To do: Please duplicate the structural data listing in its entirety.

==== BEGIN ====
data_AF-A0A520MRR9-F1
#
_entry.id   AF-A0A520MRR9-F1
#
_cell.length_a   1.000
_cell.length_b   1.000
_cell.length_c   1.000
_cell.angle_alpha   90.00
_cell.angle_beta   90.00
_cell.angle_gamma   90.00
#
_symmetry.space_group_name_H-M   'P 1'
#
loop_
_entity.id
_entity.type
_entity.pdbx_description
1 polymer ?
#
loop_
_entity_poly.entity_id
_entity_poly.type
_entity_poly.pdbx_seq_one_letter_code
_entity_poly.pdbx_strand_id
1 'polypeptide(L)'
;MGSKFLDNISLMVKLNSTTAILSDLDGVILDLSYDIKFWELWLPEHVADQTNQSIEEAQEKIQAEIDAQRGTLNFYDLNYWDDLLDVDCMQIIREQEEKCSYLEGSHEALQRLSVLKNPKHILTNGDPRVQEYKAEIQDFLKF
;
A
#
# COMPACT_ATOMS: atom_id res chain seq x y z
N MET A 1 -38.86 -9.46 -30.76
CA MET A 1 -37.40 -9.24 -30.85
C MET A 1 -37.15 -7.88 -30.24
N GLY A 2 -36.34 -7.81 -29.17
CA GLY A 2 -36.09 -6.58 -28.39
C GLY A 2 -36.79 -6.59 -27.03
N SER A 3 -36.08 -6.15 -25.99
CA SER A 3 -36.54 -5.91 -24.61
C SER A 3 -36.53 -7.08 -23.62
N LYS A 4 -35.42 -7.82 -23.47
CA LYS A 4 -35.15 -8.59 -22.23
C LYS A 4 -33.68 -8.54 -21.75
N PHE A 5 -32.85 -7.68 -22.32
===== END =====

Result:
data_AF-A0A520MRR9-F1
#
_entry.id   AF-A0A520MRR9-F1
#
_cell.length_a   1.000
_cell.length_b   1.000
_cell.length_c   1.000
_cell.angle_alpha   90.00
_cell.angle_beta   90.00
_cell.angle_gamma   90.00
#
_symmetry.space_group_name_H-M   'P 1'
#
loop_
_entity.id
_entity.type
_entity.pdbx_description
1 polymer ?
#
loop_
_entity_poly.entity_id
_entity_poly.type
_entity_poly.pdbx_seq_one_letter_code
_entity_poly.pdbx_strand_id
1 'polypeptide(L)'
;MGSKFLDNISLMVKLNSTTAILSDLDGVILDLSYDIKFWELWLPEHVADQTNQSIEEAQEKIQAEIDAQRGTLNFYDLNYWDDLLDVDCMQIIREQEEKCSYLEGSHEALQRLSVLKNPKHILTNGDPRVQEYKAEIQDFLKF
;
A
#
# COMPACT_ATOMS: atom_id res chain seq x y z
N MET A 1 -38.86 -9.46 -30.76
CA MET A 1 -37.40 -9.24 -30.85
C MET A 1 -37.15 -7.88 -30.24
N GLY A 2 -36.34 -7.81 -29.17
CA GLY A 2 -36.09 -6.58 -28.39
C GLY A 2 -36.79 -6.59 -27.03
N SER A 3 -36.08 -6.15 -25.99
CA SER A 3 -36.54 -5.91 -24.61
C SER A 3 -36.53 -7.08 -23.62
N LYS A 4 -35.42 -7.82 -23.47
CA LYS A 4 -35.15 -8.59 -22.23
C LYS A 4 -33.68 -8.54 -21.75
N PHE A 5 -32.85 -7.68 -22.32